Centenarians

Fleeing Guatemala & Gina Badenoch

Guatemala - Fleeing Guatemala

They are young Central American migrants who leave their homes without parental permission, to make a perilous trek to the United States. Most are trying to escape poverty and search for better economic opportunities. Amnesty International has called the journey one of the world's most dangerous. And many of these minors don't even reach their final destination. Correspondent Harris Whitbeck speaks to migrants from Guatemala who were caught by authorities in Mexico and returned home.

Game Changer Mexico - Gina Badenoch (video above)

You could call this week's Game Changer on "Americas Now" a real "visionary." She's a Mexican photographer on a mission to educate some unlikely pupils devoting her time to teaching photography to the visually-impaired. It may sound impossible but by showing them how to concentrate on their surroundings and focus on other senses, she has enabled them to overcome their disability and capture some amazing images. For this week's Game Changer we introduce you to the founder of "Sight of Emotion"...Gina Badenoch.

Urban Voice - Flamenco Saxophone

Jorge Pardo is a musician from Spain who is famous for playing the saxophone. But his compositions don't just feature the saxophone, they include several other instruments that he performs on as well. Pardo believes the sound of each instrument delivers a different message. And when those different sounds are combined, they create a new language. It's one of the reasons why Pardo is also considered a pioneer of the innovative musical form called "flamenco-jazz fusion." For this week's Urban Voice we give you Jorge Pardo.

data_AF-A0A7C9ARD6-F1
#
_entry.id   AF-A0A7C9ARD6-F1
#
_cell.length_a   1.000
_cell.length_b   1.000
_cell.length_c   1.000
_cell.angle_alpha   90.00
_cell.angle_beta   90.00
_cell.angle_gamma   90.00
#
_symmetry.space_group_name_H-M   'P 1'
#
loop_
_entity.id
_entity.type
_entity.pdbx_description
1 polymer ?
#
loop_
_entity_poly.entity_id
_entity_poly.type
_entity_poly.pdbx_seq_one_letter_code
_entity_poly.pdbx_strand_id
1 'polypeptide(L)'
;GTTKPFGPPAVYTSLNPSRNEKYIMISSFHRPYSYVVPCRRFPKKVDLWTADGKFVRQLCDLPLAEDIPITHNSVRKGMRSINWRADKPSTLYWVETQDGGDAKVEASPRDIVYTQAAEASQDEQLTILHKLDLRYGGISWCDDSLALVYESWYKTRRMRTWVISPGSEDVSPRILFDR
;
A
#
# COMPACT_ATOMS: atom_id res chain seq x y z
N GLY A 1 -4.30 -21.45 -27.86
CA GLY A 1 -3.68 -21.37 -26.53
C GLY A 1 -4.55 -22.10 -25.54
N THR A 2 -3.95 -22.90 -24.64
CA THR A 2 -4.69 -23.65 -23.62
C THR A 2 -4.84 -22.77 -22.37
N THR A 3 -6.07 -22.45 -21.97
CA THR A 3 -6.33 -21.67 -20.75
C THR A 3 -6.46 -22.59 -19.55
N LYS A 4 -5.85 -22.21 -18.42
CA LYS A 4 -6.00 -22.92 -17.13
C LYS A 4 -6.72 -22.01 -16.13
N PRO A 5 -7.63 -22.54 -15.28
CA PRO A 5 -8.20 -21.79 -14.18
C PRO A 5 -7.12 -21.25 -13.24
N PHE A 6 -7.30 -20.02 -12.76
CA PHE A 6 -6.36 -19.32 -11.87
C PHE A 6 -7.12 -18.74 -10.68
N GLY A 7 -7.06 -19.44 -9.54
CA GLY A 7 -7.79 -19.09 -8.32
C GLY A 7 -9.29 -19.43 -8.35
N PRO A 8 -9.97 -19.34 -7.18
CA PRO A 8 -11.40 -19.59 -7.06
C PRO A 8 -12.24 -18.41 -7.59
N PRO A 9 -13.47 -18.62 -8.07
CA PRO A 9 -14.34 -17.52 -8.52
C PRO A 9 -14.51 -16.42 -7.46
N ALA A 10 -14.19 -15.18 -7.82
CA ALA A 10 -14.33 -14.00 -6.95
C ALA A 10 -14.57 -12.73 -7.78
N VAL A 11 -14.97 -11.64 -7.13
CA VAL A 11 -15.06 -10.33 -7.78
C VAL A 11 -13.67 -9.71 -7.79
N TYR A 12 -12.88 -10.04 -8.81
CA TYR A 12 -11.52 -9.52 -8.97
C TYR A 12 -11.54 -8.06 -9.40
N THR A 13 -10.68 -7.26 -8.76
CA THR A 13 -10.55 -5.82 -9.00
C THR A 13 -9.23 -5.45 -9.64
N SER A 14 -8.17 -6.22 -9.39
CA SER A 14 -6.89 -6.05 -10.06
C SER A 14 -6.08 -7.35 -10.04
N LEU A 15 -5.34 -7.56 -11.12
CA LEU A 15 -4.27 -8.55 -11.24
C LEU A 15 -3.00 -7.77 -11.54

Upcoming Airdates

Americas Now

Lifeline for Haiti - In recent years -- money sent by Latinos abroad.. .to their families back home -- has grown. In fact...from 20-16 to 20-17...they sent a total of 75-billion dollars...a new record, according to the World Bank. The money...called, remittances reflect the rise of migration across the continent..."two-thirds" of migrants from Latin America -- live in the United States. One of the countries that receives the most -- is Haiti, where the money accounts for almost 35-percent of the GDP.

Americas Now

Mexico - Tech-Mex - Part of U.S. President Donald Trumps' "get-tough" policy is expected to include an increase in the expulsion of undocumented citizens to their home countries. Mexico is one of the nations that might face the largest number of returnees. For many of them it could feel like starting over as they know little about the language and culture of their country of origin. That makes things like finding a job difficult. But the digital startup sector in Mexico is viewing the return of migrants from the U.S. as an opportunity.

Americas Now

Guatemala - Girls at Risk (Harris Whitbeck) - It was an event that shocked the entire country and made headlines around the world. 42 girls, locked up in a state home for children in Guatemala --burned to death. The fire broke out following protests and accusations of poor conditions and abuse. The incident also revealed many of the vulnerabilities faced by young people. More than a year after the tragedy the victim's relatives are still looking for answers. Correspondent Harris Whitbeck tells us more about Guatemala's girls at risk.

Americas Now

Guatemala - Unearthing Answers - Guatemala is one of the Central American countries that suffered the most during the Cold War - a time of post-World War Two tensions between the Soviet Union and the United States. In particular a civil conflict in Guatemala from 1960 to 1996 that left hundreds of thousands dead -- and tens of thousands missing. More than two decades after the end of the conflict, forensic anthropologists are helping families who have been searching for their disappeared loved ones. Harris Whitbeck explains from Guatemala City.

Americas Now

Brazil - Black Pride (Stephen Gibbs) - Brazil is sometimes portrayed as one of the world's harmonious, multi-ethnic "rainbow nations." But the truth is more complicated. For generations, white Brazilians have enjoyed preferential treatment over their black counterparts. It's been especially noticeable in higher education. Most publicly-funded universities are filled by white students, even though half of all Brazilians are of African descent. To reverse that trend, the government has adopted a quota policy.